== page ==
Northern Sydney and Central Coast local health districts have phoned patients seen by a paediatric health care worker at Hornsby, Wyong and Gosford hospitals who has been diagnosed with tuberculosis (TB).
The risk to patients is low, as short periods of exposure to TB rarely cause infection. However, precautionary free screening has been arranged for 146 patients seen by the health care worker while potentially infectious.
There is no ongoing risk to patients or staff and in the unlikely event any were infected, preventive antibiotics will be offered.
TB can be spread through the air by coughing or sneezing however, it is very unusual to get TB from someone after brief or casual contact.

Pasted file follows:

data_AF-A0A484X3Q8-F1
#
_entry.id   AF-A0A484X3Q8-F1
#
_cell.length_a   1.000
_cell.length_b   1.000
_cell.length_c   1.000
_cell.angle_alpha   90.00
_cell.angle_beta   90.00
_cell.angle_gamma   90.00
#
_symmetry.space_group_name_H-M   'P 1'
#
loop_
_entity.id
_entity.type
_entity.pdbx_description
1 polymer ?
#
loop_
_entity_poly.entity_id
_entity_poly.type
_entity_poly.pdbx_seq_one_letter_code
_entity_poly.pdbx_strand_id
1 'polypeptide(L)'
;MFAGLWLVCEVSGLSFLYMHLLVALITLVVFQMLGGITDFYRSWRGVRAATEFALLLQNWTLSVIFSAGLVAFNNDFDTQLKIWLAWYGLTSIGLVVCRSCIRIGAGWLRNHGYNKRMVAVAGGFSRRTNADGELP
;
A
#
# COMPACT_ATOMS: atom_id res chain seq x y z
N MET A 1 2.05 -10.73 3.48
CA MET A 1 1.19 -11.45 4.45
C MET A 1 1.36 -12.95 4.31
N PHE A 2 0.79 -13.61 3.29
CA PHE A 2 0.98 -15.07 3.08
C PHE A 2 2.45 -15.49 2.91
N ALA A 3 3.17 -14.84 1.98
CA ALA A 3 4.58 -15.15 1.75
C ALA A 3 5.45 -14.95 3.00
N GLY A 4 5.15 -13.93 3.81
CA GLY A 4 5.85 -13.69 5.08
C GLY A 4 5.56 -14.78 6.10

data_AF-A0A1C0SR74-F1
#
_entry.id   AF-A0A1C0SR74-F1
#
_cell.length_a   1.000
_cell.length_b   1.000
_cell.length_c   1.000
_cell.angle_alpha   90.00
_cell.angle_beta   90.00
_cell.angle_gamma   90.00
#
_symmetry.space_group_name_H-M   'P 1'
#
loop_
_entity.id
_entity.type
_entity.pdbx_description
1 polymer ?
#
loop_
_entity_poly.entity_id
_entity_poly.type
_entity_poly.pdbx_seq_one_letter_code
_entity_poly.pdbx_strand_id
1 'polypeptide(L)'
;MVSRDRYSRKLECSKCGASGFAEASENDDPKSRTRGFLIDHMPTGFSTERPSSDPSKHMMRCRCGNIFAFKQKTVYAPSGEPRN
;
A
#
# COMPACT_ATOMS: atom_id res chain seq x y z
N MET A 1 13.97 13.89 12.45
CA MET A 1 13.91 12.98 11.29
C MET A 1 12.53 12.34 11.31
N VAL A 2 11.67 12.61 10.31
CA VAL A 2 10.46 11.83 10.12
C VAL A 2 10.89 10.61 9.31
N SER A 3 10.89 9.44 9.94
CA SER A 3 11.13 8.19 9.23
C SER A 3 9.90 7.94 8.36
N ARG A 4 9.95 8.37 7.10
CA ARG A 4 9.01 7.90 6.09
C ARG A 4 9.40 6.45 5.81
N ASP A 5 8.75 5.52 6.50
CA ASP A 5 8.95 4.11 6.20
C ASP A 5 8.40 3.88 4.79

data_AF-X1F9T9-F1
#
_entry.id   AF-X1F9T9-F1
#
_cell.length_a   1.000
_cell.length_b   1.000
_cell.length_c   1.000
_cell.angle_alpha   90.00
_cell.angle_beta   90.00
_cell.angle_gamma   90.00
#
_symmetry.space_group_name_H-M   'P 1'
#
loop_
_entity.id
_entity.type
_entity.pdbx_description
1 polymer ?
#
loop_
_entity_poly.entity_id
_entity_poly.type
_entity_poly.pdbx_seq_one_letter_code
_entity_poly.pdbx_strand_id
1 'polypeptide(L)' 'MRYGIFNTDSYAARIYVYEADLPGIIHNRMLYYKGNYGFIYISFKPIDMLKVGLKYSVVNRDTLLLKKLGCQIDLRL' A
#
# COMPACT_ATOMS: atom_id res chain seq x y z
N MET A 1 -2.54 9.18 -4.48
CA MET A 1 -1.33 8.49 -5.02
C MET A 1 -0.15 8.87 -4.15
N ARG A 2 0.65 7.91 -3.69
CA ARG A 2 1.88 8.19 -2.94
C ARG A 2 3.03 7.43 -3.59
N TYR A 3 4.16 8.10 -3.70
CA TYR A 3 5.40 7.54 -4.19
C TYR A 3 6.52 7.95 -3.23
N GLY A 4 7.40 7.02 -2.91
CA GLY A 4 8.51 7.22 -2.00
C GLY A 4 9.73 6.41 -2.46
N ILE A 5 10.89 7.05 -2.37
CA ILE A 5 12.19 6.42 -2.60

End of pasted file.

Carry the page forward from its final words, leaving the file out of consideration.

Around 90 per cent of people who are exposed to a person with TB will not develop the disease.
TB is also curable and can be prevented through antibiotics.
TB infection by itself does not cause symptoms, so it is important we test for it. Testing involves a skin test or blood test or X-ray.
The health care worker saw patients at Wyong Hospital from late May to July and had a few shifts at Gosford Hospital in June. They were at Hornsby Hospital from August to mid-October but ceased work when diagnosed and commenced antibiotic treatment.
Upon confirmation of the health care worker’s illness, NSW Health established an expert panel which reviewed the person’s work practices and provided recommendations on screening.
Further information is available on the NSW Health website: